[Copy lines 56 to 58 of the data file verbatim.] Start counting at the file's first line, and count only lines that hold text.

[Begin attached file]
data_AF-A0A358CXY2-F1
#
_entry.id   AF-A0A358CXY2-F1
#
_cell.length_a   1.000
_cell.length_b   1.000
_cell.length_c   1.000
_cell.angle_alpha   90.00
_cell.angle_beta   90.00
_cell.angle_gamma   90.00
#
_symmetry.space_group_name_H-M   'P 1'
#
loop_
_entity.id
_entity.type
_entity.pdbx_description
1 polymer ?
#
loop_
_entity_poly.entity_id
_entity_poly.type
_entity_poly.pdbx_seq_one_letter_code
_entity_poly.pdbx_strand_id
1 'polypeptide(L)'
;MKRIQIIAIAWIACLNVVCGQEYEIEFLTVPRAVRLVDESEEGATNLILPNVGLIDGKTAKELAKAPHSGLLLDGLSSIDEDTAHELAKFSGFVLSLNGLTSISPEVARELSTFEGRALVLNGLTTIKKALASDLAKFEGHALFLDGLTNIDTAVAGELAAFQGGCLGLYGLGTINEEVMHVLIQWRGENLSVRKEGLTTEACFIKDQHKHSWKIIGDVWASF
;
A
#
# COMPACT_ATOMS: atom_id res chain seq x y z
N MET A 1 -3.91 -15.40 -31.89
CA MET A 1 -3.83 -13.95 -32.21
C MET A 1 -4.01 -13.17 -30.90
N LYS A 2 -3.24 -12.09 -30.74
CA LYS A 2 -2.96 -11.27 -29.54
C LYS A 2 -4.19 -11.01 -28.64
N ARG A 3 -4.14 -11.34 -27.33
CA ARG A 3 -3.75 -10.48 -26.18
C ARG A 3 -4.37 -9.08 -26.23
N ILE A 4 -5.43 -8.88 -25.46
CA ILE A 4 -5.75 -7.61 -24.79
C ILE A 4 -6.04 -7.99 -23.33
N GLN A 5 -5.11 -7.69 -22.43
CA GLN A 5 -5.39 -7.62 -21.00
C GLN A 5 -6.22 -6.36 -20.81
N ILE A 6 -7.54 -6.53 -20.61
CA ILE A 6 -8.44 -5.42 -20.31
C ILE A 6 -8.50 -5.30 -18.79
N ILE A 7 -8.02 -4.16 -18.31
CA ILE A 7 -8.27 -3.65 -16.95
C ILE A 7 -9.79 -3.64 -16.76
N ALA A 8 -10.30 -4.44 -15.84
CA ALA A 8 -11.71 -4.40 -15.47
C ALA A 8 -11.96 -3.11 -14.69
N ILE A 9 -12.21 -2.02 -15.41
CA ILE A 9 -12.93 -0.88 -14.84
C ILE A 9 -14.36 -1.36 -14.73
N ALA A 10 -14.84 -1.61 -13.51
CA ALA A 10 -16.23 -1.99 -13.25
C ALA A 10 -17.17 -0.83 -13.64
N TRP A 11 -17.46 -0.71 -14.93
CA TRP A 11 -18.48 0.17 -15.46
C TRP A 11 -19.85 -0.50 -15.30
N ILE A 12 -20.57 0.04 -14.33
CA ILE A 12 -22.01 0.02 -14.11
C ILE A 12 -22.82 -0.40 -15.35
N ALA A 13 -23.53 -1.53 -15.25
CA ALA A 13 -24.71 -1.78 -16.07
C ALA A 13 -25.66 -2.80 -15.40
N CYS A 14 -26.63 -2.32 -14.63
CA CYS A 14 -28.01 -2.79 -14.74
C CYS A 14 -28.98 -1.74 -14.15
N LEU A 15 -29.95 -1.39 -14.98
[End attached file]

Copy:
CA ILE A 9 -12.93 -0.88 -14.84
C ILE A 9 -14.36 -1.36 -14.73
N ALA A 10 -14.84 -1.61 -13.51